I'm sure the facebook people don't care because I'm still a member and get included in their statistics, but the "old" facebook was more useful, and less myspace-like.

      • by Godji (957148)
        "all previous Facebook applications work under Facebook OS, but they work more like Windows does today"

        'nuff said.
    • by pooya (878915)
      Well, we have to see what we loose and what we gain. It is like that everywhere. You would think photoshop would never replace pen and paper and darkroom. Or doom would never replace paintball. Ofcourse, if they can make **fast enough** and fun games that you don't need to download they'll be very popular. Plus they can stick an advertisement on the online version and make it free. Which is why many people would rather play the free one rather than paying to buy it.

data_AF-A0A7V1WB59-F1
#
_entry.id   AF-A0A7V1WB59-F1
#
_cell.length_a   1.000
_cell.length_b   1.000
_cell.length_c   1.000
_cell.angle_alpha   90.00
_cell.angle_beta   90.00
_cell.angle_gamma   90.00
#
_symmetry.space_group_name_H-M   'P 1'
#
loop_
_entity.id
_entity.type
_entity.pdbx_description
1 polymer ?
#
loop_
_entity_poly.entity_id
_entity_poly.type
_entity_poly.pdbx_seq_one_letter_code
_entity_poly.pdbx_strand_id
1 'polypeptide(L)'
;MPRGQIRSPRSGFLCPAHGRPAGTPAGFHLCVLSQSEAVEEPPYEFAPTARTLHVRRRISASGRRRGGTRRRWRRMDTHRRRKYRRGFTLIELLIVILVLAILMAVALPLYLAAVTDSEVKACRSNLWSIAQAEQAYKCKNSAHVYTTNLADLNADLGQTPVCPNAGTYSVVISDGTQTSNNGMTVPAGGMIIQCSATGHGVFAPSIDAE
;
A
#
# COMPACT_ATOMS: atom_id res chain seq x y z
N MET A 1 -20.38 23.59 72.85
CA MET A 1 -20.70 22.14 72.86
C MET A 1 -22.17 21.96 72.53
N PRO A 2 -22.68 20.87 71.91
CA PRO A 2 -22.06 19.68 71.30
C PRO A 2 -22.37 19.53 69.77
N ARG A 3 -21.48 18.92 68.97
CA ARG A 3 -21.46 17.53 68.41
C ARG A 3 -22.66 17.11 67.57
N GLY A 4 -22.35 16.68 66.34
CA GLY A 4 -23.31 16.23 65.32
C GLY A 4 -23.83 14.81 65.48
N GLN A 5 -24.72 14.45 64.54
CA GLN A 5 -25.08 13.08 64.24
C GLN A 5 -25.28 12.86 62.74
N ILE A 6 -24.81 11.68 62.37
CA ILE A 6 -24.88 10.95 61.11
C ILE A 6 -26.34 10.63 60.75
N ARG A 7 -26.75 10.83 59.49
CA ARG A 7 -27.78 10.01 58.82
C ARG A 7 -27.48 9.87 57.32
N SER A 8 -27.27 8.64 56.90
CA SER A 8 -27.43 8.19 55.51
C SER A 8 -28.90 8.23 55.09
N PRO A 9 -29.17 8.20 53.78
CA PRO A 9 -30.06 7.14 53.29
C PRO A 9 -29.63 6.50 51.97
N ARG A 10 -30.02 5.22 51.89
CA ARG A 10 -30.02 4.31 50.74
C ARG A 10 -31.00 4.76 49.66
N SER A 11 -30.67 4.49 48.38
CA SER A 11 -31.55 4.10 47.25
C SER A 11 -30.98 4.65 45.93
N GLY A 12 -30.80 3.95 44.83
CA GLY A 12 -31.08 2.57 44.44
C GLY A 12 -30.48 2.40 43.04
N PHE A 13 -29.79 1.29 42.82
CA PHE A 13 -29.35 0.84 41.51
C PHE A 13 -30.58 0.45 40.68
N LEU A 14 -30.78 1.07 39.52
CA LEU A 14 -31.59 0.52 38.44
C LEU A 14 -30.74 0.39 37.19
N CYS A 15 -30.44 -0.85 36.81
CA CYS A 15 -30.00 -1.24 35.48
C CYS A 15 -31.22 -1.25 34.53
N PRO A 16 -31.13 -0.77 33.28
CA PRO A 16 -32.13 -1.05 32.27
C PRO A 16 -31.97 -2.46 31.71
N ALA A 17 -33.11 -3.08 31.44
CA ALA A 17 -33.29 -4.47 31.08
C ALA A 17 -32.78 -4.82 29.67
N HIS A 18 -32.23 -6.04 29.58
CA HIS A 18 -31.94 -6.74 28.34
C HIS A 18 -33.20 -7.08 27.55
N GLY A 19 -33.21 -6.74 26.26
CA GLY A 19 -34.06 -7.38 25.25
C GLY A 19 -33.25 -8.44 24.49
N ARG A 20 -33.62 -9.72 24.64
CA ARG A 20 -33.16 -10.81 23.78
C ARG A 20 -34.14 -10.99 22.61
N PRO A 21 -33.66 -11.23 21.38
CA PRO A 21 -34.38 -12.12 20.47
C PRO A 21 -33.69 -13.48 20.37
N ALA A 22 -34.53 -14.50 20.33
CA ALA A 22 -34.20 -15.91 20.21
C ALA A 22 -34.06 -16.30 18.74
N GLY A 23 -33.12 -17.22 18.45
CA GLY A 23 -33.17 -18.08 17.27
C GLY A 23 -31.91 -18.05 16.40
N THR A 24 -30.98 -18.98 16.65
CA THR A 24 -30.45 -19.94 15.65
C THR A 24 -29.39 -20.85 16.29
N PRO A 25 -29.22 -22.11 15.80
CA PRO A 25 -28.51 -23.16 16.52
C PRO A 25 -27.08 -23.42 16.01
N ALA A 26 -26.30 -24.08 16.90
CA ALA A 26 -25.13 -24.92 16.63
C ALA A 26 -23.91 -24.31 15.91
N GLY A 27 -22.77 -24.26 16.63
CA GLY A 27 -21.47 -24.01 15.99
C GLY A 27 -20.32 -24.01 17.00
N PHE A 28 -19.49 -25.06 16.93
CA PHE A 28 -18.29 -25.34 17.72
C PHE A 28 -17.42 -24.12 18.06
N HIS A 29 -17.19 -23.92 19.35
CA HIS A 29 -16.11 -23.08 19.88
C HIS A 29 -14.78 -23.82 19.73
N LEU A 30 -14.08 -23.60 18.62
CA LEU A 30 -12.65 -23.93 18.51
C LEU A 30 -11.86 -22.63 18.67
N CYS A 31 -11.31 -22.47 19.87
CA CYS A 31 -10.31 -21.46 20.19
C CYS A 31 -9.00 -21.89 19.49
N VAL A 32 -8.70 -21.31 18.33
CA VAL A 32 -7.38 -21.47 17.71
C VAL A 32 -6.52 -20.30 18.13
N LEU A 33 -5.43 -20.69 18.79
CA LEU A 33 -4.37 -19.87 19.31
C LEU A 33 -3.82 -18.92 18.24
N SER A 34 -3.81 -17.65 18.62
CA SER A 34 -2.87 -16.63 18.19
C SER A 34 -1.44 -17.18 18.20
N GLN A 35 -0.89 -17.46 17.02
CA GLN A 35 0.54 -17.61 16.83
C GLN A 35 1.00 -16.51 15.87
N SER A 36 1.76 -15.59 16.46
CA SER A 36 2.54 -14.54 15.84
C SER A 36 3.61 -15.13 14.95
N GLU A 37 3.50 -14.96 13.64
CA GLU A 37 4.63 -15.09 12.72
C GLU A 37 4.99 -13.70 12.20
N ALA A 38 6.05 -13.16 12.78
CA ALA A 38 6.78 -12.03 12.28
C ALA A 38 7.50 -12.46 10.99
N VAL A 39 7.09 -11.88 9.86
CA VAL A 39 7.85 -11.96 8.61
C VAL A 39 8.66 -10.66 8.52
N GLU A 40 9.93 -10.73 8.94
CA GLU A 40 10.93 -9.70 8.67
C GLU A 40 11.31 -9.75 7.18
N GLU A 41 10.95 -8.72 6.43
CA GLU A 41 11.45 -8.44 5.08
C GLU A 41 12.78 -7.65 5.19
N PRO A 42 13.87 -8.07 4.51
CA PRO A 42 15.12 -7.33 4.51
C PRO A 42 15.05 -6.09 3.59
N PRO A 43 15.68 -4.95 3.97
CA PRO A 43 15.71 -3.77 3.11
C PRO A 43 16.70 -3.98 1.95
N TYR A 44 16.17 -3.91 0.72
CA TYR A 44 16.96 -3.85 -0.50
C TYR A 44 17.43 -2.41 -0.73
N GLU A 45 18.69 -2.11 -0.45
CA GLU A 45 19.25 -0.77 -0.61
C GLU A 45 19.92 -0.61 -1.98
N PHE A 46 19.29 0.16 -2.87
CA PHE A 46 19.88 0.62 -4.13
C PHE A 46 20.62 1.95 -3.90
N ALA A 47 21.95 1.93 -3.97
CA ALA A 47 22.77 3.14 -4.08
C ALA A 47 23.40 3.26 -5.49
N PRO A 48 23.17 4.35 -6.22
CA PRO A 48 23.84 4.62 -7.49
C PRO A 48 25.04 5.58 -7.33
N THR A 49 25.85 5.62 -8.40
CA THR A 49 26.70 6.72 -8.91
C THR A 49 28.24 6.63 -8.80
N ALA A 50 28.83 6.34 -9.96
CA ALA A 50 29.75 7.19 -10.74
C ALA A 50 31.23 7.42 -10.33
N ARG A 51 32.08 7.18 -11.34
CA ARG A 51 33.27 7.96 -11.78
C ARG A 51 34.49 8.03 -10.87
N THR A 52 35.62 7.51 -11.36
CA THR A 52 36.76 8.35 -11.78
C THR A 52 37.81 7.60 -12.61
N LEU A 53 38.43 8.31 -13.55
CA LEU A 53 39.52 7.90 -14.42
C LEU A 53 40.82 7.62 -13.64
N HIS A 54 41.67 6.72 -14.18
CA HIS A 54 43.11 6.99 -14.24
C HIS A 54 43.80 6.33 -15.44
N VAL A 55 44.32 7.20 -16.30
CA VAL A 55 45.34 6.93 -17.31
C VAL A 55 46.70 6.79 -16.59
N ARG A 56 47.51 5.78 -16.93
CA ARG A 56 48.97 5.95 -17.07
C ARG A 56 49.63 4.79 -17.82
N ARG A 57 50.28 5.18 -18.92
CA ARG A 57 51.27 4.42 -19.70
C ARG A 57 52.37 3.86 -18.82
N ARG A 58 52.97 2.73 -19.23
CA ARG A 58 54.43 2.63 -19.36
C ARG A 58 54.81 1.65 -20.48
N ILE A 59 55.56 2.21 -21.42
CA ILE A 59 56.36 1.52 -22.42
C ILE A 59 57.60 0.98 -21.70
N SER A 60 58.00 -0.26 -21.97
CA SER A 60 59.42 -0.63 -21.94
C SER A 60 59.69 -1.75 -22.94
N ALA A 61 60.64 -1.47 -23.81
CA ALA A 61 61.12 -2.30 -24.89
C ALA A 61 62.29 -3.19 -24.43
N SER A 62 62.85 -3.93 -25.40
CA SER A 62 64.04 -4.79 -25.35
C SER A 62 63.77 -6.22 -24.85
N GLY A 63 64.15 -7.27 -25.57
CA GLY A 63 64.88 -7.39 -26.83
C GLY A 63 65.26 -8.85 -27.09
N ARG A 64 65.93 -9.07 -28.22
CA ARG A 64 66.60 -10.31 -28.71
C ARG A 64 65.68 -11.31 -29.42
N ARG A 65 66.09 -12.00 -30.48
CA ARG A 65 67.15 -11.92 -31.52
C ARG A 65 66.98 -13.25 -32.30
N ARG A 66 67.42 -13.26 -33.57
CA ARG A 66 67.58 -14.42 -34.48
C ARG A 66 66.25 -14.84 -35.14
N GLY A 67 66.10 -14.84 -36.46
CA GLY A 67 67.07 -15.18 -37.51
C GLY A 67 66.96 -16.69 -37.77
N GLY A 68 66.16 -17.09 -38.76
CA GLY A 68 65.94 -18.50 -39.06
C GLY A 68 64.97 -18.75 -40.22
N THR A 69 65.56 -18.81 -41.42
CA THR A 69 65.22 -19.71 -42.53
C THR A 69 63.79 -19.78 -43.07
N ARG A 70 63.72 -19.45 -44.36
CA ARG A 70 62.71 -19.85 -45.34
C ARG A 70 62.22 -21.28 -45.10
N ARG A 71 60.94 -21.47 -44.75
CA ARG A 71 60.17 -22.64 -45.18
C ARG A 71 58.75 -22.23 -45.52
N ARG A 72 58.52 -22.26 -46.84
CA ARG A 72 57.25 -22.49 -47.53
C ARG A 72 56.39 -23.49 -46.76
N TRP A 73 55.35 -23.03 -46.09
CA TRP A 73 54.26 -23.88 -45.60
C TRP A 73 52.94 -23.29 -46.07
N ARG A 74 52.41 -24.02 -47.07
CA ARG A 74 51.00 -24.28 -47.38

• Playing devil's advocate first:

      'a Web operating system that can do everything an OS can do':

      can it:

      (1) boot your computer (without requiring local media and thus becoming more of a "real" OS)


      A bootloader is what loads the OS. One could argue that a web-browser is a boot loader, if you really had to. In any case, booting itself is not, nor defines, an OS.

      (2) run photoshop / gimp / doom 3 / (insert resource-heavy app here)

      You are talking about something arbitrary and relative. Of course it doesn't run Photosh
    • by Mazin07 (999269)
      Oh, sure, I ran Kubuntu for a while. That's a real OS, isn't it? Could it, (1) boot my computer? chances were good when the gods smiled on me, but I made sure to keep GRUB on a CD-ROM nearby. (2) barely / bad hardware support and interface / no / (probably not) (3) no, unless you consider 4 or 5 programs to be "without any" functionality (Make sure you read parent first.)
    • by NaijaGuy (844212)